loffee seed with full directions and
our mammoth seed and plant cata-
log free. Or send us 31 cents and we
dd 10 packages elegant flower and
unsurpassable vegetable seeds, suffi-
cient to grow bushels of vegetables
«nd flowers. Or make your remittance
10 cents and we add to all of above 10
packages of wonderful farm seed spe-
•ialties and novelties. John A. Salzer
Seed Co., 1S2 S. 8th St., La Crosse, Wis.
Mrs. Mary Louthan of Chickasha
made a serious mistake and put car-
bolic acid in her eye instead of med-
icine prescribed by the doctor. Mrs.
Louthan bathed the lids of her eyes
with the acid before she discovered
her mistake. It is not thought that
the sight is injured, although the eye-
lids and skin around the eye are badly
By Ihe issuance of an informal or-
der the corporation commission grant-
ed the K. C. & M. O. Railway com-
pany relief from the general grain rate
order. The road is permitted increases
In rates on grain that will enable it to
collect something like the rates put
into voluntary effect by roads that
were relieved of the commission's or-
der by the federal injunction at St.
Louis, which injunction was not made
applicable to the K. C. & M. O.
While Mr. and Mrs. Matt Wolfe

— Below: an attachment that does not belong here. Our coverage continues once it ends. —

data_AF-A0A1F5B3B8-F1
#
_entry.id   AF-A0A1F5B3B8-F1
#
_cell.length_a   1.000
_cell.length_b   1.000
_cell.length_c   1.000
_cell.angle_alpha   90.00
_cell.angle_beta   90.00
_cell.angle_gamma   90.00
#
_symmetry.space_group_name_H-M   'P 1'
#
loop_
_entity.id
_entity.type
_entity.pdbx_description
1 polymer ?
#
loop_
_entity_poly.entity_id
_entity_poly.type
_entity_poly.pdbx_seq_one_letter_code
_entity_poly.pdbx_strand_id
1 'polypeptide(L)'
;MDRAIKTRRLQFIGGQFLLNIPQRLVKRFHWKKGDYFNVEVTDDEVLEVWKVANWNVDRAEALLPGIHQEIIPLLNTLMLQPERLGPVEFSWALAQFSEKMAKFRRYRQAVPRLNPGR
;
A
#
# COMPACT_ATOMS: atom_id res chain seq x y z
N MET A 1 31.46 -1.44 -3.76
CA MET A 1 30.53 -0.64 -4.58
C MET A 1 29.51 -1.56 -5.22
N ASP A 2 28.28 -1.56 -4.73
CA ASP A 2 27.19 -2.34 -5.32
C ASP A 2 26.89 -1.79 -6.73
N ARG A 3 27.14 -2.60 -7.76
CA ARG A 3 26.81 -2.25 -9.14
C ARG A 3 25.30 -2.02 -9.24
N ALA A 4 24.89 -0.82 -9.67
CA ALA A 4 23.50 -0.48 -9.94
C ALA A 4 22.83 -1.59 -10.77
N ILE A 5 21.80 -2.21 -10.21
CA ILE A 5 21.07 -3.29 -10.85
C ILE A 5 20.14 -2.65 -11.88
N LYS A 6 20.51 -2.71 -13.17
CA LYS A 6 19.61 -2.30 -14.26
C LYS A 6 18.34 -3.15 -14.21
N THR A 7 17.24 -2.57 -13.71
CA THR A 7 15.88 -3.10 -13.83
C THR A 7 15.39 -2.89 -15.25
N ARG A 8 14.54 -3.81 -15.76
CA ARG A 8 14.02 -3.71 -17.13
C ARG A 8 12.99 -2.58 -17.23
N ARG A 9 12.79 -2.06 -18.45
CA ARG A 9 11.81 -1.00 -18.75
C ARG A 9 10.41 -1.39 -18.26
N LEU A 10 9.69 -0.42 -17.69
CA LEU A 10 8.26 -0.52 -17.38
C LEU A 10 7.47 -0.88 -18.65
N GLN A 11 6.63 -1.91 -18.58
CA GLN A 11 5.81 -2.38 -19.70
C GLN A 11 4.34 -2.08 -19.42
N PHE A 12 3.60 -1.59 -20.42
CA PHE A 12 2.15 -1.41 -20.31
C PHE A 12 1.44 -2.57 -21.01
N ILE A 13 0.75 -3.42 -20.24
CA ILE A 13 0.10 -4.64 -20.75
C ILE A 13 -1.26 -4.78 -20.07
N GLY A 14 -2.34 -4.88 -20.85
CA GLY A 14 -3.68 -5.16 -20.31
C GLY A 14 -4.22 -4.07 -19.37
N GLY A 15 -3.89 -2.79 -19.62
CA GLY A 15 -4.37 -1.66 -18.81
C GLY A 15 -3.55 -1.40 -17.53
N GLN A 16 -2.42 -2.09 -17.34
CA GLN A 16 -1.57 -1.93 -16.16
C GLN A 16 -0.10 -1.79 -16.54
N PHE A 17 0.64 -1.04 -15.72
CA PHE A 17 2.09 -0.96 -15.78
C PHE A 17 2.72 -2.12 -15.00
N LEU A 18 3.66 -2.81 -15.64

were waiting for a train at Ardmore
to take them to their home at Davis,
Mrs. Wolfe took corrosive sublimate
with suicidal intent. She was remov-
ed to the sanitarium and will recover.
She can make no statement. Her hus-
band of a few hours Is with her. He
is of Indian blood and is the son of
Matt Wolfe, a prominent ranchman
and banker of Davis.
A Woman's Letter.
Women, It is generally admitted,
write better letters than men.
M. Marcel Prevost has discovered
the reason for this superiority. "The
obvious meaning is never the one we
should read into a woman's letter.
There 1s always a veiled meaning.
Woman makes use of a letter Just as
she employs a glance or a smile, in a
way that is carefully thought out, and
with an eye to effect. And, after all,
her head? Does a woman's parasol
keep off the sun? Why, then, should
a woman's letter serve to convey her
real thoughts to the person ad-
dressed, just like the letters of some
honest grocer, who writes, '1 send you
five pounds of coffee,' because he
really does send you five pounds of
Work and Marriage.
* In the New York courts recently a
girl, aged 17, on being told by Iter
mother that she was old enough to
e;o to work, replied: "Work, I will
not; I prefer to marry." Whereupon
she was married before night to a
young man earning $8 per week.
That is of a piece with the reasoning
of another girl who, being interro-
gated by a friend, "Where are you
working now, Mamie?" answered
promptly, "I ain't working; I'm mar-
Oklahoma City, OkU.
The house Saturday provided for
state government expenses as fol-
State board of agriculture; for
1912, $92,300, and 1913. $92,500.
Superintendent of public instruc-
tion; for two .veins $29,910.
State unive'fl'y; for 1012. $150,000,
and 1913, rir>0,000.
State Home ecIijoI at l\yor; for
1912 $54,000, and 1913, $50,000.
School for Deaf, at Sulphur; for
1912, $50,000, and 1913, $50,000.
Training School at Pauls Valley;
for 1912, $22,750, and 1913, $22,750
Colored A. and M. university at
Langston, for 1912, $:'.G,000, and 1913,
Eastern university preparatory
school at Claremore; for 1912, $30,000,
and 1913, $30,000.
District agricultural schools; at